Summary for Blue at the Mizzen

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Plot summary for Blue at the Mizzen is a short description of the plot of Blue at the Mizzen.

SPOILER WARNING:  Plot or ending details for "Blue at the Mizzen"  follow.

Jack Aubrey distributes the prize money from the taking of the Turkish galley [see The Hundred Days], not without forebodings of the collapse of discipline which will result as soon as the suddenly-enriched hands reach the shore. His fears are justified when Surprise, damaged in a collision, has to return to Gibraltar for emergency repairs; the sailors run wild and many of them desert. At a dinner given by Lord Barmouth, Jack hears a first-hand account of Waterloo from Colonel Roche. Jack resumes his dalliance with Lady Barmouth, with the result that her husband, unhelpful at first, changes his attitude and hastens the emergency repairs in order to get Jack out of the way. Surprise calls at Madeira in hope of an overhaul, but the Funchal yards are out of action and she is compelled to struggle home, patched up for the present, to be overhauled in Seppings's yard. Stephen Maturin has gone ahead in Ringle, summoned by an imperfectly-coded message from Amos Jacob, to confer with Sir Joseph Blaine.

Jacob’s message, finally deciphered by Blaine, refers to affairs in Chile where Jack is to carry out a covert operation; under the guise of surveying the coastline, his task is to help the revolutionary leaders there to develop their navy. Jacob reports that the anti-colonialists have fragmented, and one group has engaged an ex-Navy captain, Sir David Lindsay, to form a naval force. After an interval at Jack’s home the friends return to London, where Jack is persuaded by the Duke of Clarence to take on board his natural son, known as Horatio Hanson. During the return voyage to Madeira, Jack exercises the gun-crews and keeps a kindly eye on Hanson, who is developing well as a navigator. Jacob comes aboard at Funchal with more news of Lindsay, who is fitting out a sloop in Rio de Janeiro. Stephen reveals to Jack his reason for being so eager to visit Sierra Leone: he plans to propose marriage to Christine Wood. The news quickly spreads throughout the ship.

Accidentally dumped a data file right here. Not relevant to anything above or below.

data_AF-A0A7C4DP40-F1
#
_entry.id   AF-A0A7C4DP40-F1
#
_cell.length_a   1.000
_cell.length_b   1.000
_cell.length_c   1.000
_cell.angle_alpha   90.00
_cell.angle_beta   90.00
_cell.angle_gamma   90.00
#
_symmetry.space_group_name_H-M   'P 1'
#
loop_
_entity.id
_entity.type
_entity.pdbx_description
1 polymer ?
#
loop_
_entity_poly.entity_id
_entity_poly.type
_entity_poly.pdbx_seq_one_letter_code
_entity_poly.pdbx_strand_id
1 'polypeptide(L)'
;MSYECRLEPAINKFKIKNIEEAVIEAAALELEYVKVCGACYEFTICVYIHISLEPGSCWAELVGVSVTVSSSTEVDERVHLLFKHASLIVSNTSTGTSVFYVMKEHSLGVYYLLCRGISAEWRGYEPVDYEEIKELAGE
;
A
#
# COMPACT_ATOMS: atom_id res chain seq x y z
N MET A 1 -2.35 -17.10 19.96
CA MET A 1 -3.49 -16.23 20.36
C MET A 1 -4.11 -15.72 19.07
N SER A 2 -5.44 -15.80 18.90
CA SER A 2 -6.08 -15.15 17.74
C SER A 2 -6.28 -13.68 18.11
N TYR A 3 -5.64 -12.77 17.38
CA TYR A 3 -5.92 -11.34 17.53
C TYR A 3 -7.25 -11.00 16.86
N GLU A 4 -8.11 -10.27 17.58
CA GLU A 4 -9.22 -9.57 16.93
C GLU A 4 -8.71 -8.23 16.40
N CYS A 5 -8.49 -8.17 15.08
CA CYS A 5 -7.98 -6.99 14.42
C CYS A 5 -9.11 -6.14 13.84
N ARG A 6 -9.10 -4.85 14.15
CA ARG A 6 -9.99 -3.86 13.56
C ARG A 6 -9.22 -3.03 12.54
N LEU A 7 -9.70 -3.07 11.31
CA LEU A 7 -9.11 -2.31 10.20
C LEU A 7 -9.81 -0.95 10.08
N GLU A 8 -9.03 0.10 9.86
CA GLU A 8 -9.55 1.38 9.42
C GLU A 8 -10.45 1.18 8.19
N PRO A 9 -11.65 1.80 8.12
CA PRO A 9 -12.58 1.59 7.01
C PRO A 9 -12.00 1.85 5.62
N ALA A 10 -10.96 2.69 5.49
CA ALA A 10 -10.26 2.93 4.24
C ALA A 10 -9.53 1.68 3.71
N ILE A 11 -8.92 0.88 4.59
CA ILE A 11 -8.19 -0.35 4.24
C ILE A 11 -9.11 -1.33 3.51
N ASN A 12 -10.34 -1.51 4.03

Arrived at Freetown, Stephen finds Christine living in a primeval wilderness. He makes his proposal during a night-time excursion in the swamp. Deeply moved, Christine at first begs him to forget the thought, but next morning she seems less obdurate, and Stephen departs with hope in his heart. Later, breakfasting with Jacob, he comments on Jack's growing unease as the time draws near when his prospects of an admiral’s flag must be settled for good or ill. Hanson covers himself with blood and glory in a boxing-match; soon afterwards he is appointed master’s mate. He shows his quality in another way by keeping silence when his father’s name is mentioned in some loose talk over dinner. The ship enters the doldrums – an interval of deadly calm and oppressive heat, broken only by an encounter with an American frigate. Jack explains to Stephen, over dinner, about the career of Lindsay, a brave and enterprising frigate-captain undone by arrogance and insubordination.